Buying Yarn From Goodwill

Where do you buy your yarn? I have a few favorite online shops (Brooklyn Tweed, Quince and Co., and Modern Daily Knitting), and of course it’s always nice to support local yarn shops. I’ve also seen yarn in thrift stores before, but it was never quite what I was looking for. Thrift stores tend to be hit or miss on most items, but especially for yarn since it depends completely on what donations they have received. I recently learned of a way around this: Goodwill has online auctions!

You can find auctions for all kinds of goods at Right at the top of the page you can search for whatever you’re looking for, and you get a list of current auctions. If you search for yarn, there are typically at least 20 auctions going on at a time, from Goodwill branches all over the U.S. Most of these auctions are for bulk quantities of yarn, and they tend to be a grab bag of different yarns. The majority I’ve seen consist mostly of low-cost acrylic yarns. Some lots include high-quality yarns made from natural fibers, which I strongly prefer. Whatever you’re looking for, you have the opportunity to get a great deal on a large quantity of yarn.

I think you know where this is going. Yes, I bid on an auction, and I won! My auction was titled “Assorted Cashmerino Aran Silk and More Yarn Skeins”. Hmm, ok, I am familiar with Debbie Bliss Cashmerino. So I browsed the pictures for the auction to see what else was included. I could make out a few skeins of Baby Cashmerino, a couple balls of KnitPicks sock yarn, 17 balls of Rowan Silk Aran (which I looked up and discovered is discontinued), a bunch of balls with no label, and the best part: at least 7 skeins of Brooklyn Tweed Shelter!The Shelter was enough to convince me to bid. I won the auction at $142, which seemed reasonable for the Shelter and Silk Aran alone. Read on to see what was in the box!

Here’s what the box looked like when I opened it up. Mmm, look at all that yarn!

First, there were five balls of Baby Cashmerino.

Next there were two balls of KnitPicks Felici Sport. These would make some nice socks. (And it’s machine washable!)

Then an assortment of unlabeled, partially used balls. I have no idea what these are, but the way they are wound makes me think they could be Rowan. I wonder what project they were used for!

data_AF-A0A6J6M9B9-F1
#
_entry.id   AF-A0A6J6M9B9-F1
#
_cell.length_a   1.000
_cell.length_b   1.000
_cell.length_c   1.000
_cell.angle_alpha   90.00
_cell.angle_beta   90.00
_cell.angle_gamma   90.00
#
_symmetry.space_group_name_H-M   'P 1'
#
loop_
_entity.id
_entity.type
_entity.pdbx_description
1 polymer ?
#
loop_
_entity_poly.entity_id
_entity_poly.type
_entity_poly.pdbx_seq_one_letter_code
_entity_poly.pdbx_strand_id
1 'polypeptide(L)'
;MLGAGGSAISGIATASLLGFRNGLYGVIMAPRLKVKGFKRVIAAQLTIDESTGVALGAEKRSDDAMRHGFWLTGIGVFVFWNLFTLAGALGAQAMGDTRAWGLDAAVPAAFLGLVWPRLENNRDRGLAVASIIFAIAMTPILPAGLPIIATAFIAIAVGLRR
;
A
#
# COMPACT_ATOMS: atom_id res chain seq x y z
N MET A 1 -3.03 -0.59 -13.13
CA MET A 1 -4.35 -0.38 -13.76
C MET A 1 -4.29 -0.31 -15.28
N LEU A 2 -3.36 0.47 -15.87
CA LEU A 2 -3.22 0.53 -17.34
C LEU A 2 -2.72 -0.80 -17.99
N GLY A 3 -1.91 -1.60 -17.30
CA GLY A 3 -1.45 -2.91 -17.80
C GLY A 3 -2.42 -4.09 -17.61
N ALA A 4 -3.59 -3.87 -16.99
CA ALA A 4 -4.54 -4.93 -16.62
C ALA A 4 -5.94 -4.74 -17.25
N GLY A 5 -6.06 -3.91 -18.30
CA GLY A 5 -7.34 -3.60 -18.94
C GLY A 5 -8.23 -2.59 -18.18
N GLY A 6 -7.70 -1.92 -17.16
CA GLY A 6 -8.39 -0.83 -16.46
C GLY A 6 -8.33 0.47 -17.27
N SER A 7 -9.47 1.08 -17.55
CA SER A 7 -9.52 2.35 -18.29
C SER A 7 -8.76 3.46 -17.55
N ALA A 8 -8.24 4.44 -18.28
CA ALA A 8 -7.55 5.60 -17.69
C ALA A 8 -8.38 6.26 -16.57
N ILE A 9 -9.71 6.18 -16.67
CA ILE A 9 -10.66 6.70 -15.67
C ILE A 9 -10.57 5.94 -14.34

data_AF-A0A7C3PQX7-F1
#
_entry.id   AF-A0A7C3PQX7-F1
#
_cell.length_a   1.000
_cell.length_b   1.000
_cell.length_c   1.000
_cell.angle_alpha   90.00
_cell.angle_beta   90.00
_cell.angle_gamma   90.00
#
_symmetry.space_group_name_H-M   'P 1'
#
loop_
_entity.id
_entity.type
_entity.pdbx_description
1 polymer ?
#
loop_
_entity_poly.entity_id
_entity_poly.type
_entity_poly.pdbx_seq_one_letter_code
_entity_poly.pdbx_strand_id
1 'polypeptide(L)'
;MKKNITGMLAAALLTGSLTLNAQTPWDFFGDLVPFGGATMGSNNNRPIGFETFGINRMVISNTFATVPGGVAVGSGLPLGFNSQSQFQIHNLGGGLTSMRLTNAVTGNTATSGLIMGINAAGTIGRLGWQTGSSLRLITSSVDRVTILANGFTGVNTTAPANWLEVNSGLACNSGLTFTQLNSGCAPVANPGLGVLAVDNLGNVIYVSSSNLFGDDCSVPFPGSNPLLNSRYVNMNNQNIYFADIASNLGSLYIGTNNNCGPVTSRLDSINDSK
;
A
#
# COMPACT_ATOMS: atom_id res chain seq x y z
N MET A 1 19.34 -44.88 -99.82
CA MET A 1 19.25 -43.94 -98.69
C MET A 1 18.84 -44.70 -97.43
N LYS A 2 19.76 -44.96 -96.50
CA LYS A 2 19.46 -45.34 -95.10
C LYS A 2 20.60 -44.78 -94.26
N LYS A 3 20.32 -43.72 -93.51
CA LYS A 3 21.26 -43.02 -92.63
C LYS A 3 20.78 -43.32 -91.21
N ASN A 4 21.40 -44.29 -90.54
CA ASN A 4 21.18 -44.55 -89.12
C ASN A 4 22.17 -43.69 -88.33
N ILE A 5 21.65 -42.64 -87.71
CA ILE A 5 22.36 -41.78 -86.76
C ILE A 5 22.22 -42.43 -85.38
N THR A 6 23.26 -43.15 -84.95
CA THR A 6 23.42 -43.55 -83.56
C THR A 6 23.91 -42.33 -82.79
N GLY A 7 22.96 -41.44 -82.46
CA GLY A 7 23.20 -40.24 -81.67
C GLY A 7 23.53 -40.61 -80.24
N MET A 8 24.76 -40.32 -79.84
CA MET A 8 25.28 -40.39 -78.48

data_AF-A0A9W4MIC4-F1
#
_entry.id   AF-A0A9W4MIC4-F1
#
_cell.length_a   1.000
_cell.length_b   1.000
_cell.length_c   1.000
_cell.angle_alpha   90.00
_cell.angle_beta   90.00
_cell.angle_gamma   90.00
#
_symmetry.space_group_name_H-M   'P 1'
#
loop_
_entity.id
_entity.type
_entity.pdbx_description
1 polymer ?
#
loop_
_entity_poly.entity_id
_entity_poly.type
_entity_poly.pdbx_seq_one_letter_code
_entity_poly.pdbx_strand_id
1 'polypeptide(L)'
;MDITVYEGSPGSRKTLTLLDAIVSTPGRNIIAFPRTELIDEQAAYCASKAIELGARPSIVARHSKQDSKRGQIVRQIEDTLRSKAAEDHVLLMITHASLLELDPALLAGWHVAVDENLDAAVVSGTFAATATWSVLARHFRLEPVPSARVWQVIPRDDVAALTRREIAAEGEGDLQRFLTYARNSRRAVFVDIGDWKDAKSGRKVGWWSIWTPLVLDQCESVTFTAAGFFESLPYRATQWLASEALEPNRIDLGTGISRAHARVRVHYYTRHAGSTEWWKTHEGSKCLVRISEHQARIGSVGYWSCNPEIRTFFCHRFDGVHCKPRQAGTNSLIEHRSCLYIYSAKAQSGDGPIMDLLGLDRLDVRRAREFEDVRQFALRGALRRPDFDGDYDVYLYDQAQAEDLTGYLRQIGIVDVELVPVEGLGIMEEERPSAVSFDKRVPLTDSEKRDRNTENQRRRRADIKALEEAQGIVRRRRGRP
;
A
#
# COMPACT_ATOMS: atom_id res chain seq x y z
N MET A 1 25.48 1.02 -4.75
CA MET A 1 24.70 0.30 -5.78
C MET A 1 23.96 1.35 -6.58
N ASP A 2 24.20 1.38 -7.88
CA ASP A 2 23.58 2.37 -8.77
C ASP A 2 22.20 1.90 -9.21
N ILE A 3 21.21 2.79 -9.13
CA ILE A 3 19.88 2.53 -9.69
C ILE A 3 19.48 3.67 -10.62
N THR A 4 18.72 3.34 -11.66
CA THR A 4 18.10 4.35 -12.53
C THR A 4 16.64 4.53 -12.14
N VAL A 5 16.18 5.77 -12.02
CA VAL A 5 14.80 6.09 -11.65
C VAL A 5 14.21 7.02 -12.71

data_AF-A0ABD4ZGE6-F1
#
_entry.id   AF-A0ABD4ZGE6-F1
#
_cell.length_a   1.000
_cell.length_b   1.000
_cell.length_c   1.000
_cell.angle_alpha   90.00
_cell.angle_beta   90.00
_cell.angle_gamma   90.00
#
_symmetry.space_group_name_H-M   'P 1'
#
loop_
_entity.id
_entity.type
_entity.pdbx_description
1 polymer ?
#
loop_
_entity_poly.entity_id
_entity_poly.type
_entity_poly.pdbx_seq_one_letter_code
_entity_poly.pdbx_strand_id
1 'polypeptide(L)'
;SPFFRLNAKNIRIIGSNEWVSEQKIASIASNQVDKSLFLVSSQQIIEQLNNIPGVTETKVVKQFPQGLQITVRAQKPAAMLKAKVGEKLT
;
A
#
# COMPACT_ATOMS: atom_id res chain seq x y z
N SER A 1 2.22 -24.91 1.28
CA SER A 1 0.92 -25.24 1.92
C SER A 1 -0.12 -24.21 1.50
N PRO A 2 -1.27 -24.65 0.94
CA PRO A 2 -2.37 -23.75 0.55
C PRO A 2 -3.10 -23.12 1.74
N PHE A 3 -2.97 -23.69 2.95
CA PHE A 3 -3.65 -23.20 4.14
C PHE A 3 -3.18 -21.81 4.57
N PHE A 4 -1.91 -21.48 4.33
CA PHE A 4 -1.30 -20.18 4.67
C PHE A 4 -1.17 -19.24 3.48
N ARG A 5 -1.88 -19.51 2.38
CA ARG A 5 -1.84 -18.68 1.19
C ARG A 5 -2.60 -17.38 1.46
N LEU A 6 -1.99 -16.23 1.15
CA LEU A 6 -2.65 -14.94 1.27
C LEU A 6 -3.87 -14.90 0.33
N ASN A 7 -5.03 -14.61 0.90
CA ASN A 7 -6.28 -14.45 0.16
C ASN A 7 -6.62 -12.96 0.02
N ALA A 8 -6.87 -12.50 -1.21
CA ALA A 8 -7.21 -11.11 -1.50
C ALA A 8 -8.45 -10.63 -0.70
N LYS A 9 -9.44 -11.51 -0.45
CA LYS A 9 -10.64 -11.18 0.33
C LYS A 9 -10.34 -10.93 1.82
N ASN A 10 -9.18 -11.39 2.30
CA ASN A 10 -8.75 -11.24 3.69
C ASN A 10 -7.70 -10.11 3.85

These are definitely Rowan. As I guessed from the auction pictures, there are 17 balls of Silk Aran. This will be enough for a great project…maybe a sweater?

And finally, I was thrilled to discover that there were actually 11 skeins of Brooklyn Tweed Shelter! This is enough to make a gorgeous cardigan I have had my eye on for a while. And this much Shelter by itself would cost more than I paid for the whole lot of yarn.

Overall I think Goodwill can be a great place to buy yarn, if you know what you’re looking for. It also helps to be patient, because new auctions are added all the time. Have you ever bought yarn from an auction? I would love to see what you found.

2 thoughts on “Buying Yarn From Goodwill

  1. Lori says:

    i recently found this sight as well. My only peeve is not winning and not knowing how to win. I went from highest bidder to losing and the yarn I wanted was hand dyed and other assorted. i will be trying to figure out what I did wrong because it sold for only a couple dollars more than my original bid…. 😦


    • anna says:

      I shop Goodwill all the time. You lost because Goodwill accepts dollar increments bids. And unlike many sites, the auction ends when the time is up not as long as there is an active bidder. I’ve found the best way to win on is to wait until the final minutes and place a very high bid. That way time will run out on the other biddders who are placing their bid by dollar increments. I no longer bid on yarn at the site because the competition is too great and I find I end up spending more total on the yarn and shipping and handling than if I had made a store purchase. Esp since goodwill is donated yard and you never know how clean it is. I have received yarn that smelled of smoke and I was never able to rid the fibers of the smell.


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